Be aware of the cues that signal passive-aggressive communicators
Active communication doesn’t assume someone can read our minds or “just know” what we’re upset about. People cannot know what we are feeling until we clearly communicate those feelings.
If you show frustration or anger through sighing, giving the silent treatment, or making sarcastic comments—this is a passive-aggressive communication style. (There are other cues of being a passive-aggressive communicator. I’ve just shared a few.)
You might say “I’m fine” when asked if you’re upset. Here’s why:
Passive-aggressive communication is a common style of communicating in dysfunctional homes. We learn to communicate this way when we witness adults never directly talk about, process, and find solutions for their issues. We’ve seen parents who shut down, avoid conflict, spout out “because I said so,” or erupt when they’re angry. This teaches us that conflict is “bad” and leaves us without the tools to navigate it.
If you’ve been raised in this environment, you might “ghost” people you aren’t interested in, disappear or avoid people when there’s conflict, or you might expect people to “read” your emotions without you speaking to them. You know this because you'd say, "they should have known it."
You might find yourself constantly asking people if they’re upset, what they’re feeling or thinking, or have a consistent urge to ask someone if you’ve done something wrong. This is because as a child you may had to read your parents’ emotions rather than talking about them. It’s helpful to understand that all conflict isn’t inherently bad. Actually, conflict can create emotional intimacy. It can allow us to understand the people we love on a deeper level.
Do you remember when Jacob cheated his brother Esau twice as recorded in the Bible? He stole his birthright and his blessing! This cheater caused the whole family to be in conflict. Isaac, the father, couldn’t resolve the feud because he was blind and nearing his earthly end. Rebekah, the mother, was just as guilty as Jacob because she was the mastermind behind these infamous cheating deeds.
Subsequently, these two brothers didn’t address their feud and their family’s conflict escalated to a tipping point that many theologians believe is the original reason why two nations are enemies today. Why? Because this family avoided the conflict between these two brothers. I’m not saying everyday conflict will escalate to splitting the family down the middle. While that might happen in some cases, oftentimes we simply avoid people or cut them out from our lives.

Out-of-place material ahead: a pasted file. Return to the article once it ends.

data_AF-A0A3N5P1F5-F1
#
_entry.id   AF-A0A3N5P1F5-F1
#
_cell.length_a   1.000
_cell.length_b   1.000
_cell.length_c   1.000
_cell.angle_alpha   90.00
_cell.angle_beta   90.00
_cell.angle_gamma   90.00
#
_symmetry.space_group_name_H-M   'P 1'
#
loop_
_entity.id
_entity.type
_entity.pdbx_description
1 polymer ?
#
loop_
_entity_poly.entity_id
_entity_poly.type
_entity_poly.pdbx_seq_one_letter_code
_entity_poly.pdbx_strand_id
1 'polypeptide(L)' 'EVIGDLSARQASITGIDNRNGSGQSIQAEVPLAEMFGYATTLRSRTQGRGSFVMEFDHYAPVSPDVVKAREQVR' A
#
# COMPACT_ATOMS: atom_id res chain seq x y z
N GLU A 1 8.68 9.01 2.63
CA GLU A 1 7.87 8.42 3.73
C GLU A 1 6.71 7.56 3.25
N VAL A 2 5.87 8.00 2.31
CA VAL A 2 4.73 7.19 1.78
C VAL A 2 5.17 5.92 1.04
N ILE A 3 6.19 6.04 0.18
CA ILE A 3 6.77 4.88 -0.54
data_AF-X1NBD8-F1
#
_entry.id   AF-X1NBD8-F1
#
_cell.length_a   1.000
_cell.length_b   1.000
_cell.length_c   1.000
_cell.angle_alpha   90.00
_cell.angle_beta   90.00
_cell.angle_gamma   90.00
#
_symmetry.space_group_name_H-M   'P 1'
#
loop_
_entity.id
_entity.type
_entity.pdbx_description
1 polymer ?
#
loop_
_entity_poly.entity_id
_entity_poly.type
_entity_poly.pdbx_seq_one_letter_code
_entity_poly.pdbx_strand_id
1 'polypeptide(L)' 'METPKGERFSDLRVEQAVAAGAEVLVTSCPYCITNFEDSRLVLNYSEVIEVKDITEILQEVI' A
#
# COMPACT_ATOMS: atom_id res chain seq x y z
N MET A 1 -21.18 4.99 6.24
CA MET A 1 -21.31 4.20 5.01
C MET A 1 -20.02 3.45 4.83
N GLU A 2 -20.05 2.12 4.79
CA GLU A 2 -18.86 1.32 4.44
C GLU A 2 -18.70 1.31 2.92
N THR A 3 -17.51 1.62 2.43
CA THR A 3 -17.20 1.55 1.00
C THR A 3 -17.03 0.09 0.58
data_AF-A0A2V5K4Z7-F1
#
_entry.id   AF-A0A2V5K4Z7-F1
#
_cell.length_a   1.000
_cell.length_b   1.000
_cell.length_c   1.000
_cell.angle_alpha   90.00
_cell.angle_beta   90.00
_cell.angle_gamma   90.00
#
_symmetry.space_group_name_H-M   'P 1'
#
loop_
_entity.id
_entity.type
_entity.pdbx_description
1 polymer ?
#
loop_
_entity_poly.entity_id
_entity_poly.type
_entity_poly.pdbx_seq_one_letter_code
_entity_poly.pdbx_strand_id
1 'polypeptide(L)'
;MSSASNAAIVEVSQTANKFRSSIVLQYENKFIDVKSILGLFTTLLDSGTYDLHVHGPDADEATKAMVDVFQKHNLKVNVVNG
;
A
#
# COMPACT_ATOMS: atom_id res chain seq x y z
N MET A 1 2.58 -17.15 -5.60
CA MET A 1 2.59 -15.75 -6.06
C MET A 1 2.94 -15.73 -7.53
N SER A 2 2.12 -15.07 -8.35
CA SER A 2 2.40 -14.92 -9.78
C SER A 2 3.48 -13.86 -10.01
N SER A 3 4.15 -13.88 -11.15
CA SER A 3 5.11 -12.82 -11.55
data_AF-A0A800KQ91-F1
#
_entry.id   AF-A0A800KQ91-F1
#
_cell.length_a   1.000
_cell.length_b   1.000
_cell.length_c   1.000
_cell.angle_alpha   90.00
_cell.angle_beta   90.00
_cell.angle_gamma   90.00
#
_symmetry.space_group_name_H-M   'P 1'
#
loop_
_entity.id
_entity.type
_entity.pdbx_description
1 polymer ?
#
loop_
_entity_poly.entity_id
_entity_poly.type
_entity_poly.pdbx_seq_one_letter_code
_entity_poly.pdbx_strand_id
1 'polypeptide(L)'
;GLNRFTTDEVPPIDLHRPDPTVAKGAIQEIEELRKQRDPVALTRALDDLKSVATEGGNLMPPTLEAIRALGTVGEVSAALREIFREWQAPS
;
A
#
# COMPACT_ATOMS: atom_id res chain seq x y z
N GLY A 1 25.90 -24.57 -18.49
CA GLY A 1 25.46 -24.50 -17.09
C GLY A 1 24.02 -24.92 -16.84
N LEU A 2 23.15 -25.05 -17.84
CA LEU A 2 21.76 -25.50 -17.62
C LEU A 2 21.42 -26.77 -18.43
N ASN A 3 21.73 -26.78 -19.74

Being a passive-aggressive communicator can cause you to run away from conflict. Most of the time this is true, leaving the issue buried in the heart, or in the prayer chamber.
In marriage, we should learn active communication. It's a functional and healthy style of communication.
Active communication sounds like:
- “I feel hurt that I wasn’t invited.”
- “I didn’t like being pressured to go with you after I said no.”
- “I get overwhelmed when you don’t let me take a break from a heated conversation.”
- “I’m not exactly sure what I feel yet, but I need a minute to gather myself.”
- “I want you to ask me before making plans for us.”
- “I need more notice. Planning in advance is important to me.”
Active communication doesn’t assume someone can read our minds or “just know” what we’re upset about. People cannot know what we are feeling until we clearly communicate those feelings. Active communication doesn’t reject what other people feel. We might like it or agree with it, but at minimum, we should seek to understand instead of reject their feelings. It’s important to practice emotional regulation through such measures as learning to listen without reacting, learning to breathe, and learning to pause before having an impulsive reaction.
This will be uncomfortable at first, but with practice, we can become more confident. The plus to our marriage is we develop healthy boundaries, find compromise, and authentic emotional connection.
Proverbs 16:24 is such a wise word from the pen of Solomon by the inspiration of the Holy Spirit: Gracious words are like a honeycomb, sweetness to the soul and health to the body.
Perhaps, being mindful of our verbal and nonverbal cues we give through the way we communicate can be the difference between having a good day or not-so-good day with our spouse.